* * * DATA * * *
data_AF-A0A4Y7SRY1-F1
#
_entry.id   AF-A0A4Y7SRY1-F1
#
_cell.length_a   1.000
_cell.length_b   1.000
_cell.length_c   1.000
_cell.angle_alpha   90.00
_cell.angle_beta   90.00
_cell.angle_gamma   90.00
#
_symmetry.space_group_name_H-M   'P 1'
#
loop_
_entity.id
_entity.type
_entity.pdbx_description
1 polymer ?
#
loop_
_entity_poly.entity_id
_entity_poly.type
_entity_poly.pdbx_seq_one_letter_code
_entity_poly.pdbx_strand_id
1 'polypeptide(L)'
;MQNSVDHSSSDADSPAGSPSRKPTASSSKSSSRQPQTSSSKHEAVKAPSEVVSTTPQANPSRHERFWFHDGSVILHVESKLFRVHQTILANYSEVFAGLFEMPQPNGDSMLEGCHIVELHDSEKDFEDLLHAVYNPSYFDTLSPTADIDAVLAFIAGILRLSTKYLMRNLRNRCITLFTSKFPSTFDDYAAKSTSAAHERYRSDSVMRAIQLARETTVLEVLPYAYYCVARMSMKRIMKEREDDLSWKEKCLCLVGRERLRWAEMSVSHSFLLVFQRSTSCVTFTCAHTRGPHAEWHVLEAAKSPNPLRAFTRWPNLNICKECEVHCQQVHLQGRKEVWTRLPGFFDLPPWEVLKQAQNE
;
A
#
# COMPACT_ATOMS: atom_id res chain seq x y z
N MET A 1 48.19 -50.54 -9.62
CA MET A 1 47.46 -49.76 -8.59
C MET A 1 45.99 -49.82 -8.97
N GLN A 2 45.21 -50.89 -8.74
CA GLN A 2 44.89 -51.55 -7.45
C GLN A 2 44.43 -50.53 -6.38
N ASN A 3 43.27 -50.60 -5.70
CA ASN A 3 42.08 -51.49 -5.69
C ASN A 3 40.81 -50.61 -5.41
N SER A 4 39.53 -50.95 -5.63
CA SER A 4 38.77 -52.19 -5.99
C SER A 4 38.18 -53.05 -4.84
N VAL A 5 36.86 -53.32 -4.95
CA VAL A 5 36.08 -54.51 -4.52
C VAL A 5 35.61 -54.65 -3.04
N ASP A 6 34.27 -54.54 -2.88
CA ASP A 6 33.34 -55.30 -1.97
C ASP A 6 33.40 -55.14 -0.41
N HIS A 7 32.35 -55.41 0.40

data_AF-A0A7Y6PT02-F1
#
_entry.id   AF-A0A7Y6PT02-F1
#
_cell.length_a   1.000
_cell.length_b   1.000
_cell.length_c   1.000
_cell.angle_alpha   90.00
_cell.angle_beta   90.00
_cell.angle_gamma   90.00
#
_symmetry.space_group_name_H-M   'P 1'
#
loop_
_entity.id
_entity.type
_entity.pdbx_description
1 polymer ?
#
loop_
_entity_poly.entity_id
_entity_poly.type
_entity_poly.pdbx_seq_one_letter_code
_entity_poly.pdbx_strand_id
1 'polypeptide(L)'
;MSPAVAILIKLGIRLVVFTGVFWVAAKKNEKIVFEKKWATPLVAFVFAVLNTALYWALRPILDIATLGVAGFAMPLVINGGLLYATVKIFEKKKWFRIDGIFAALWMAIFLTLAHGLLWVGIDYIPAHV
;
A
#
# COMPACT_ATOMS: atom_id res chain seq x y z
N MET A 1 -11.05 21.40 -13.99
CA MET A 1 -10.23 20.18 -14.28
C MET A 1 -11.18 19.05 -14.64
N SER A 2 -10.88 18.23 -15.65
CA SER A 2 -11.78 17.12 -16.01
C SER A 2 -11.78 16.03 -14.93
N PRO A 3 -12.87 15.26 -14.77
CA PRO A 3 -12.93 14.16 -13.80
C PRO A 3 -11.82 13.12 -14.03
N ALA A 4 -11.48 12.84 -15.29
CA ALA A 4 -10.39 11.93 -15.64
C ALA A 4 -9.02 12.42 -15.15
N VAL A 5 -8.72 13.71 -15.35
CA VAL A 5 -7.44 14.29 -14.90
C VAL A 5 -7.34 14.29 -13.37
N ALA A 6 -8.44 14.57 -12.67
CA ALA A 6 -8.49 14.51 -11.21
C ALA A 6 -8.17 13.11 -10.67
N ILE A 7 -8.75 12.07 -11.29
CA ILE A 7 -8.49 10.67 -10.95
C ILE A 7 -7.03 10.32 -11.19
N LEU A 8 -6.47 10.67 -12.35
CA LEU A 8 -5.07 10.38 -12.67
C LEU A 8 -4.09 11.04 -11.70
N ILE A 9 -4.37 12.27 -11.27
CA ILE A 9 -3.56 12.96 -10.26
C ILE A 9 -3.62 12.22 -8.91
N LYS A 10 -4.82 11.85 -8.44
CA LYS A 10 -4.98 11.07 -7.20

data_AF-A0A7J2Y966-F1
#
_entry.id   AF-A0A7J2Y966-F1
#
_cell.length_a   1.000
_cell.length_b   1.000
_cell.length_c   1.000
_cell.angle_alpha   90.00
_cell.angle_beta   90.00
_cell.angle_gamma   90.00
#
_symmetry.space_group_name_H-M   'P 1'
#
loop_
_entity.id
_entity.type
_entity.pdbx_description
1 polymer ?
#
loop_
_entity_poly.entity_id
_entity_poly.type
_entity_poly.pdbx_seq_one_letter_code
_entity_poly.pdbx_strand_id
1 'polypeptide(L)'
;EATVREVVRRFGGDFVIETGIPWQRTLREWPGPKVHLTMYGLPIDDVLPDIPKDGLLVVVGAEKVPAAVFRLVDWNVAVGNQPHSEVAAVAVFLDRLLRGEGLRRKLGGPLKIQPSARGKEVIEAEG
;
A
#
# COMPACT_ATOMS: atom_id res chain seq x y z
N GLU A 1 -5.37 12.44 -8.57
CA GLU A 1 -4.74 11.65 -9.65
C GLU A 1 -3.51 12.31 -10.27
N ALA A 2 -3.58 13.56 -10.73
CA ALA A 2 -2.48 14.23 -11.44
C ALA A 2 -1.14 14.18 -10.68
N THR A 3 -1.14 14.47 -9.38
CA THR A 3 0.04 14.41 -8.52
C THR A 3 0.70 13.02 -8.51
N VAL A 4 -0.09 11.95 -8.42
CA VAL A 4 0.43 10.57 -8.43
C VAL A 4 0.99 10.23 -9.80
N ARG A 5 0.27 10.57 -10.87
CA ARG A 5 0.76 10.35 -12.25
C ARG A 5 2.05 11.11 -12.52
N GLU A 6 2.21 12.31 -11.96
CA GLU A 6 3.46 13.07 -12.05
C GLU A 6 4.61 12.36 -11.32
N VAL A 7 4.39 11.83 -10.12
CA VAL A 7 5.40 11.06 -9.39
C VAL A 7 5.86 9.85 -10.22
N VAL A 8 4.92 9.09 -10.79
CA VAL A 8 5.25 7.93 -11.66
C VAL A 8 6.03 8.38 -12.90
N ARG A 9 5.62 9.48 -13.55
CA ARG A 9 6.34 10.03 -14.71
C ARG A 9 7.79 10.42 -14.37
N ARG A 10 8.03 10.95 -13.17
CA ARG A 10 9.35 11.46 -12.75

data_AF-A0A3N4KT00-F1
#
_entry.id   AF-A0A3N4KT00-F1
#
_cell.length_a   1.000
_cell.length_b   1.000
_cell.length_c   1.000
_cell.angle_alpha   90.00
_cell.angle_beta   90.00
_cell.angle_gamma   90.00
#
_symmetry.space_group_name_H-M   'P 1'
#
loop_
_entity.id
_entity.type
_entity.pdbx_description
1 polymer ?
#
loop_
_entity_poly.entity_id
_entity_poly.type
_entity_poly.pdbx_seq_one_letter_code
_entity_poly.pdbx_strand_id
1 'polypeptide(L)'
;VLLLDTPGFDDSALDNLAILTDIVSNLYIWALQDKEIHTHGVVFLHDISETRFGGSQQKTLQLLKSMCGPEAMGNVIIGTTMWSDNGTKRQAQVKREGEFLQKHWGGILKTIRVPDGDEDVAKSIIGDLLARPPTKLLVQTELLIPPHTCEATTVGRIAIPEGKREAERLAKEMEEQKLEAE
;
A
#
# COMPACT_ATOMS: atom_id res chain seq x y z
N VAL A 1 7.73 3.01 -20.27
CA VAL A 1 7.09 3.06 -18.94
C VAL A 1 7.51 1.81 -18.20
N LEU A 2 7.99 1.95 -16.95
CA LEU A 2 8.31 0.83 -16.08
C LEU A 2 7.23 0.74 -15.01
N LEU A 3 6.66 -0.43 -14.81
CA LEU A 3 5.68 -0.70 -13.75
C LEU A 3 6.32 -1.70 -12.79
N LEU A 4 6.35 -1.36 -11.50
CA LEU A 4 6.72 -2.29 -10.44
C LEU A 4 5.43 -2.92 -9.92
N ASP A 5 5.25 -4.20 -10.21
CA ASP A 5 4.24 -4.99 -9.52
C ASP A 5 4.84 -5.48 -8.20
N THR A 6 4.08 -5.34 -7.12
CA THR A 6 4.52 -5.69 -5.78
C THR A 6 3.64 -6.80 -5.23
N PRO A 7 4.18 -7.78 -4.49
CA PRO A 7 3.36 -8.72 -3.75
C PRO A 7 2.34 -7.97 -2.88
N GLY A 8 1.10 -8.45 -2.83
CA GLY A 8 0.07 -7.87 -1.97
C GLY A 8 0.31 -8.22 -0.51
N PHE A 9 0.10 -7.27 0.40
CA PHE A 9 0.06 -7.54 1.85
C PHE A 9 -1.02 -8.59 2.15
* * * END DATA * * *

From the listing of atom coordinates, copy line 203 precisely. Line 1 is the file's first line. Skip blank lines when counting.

C LEU A 2 7.23 0.74 -15.01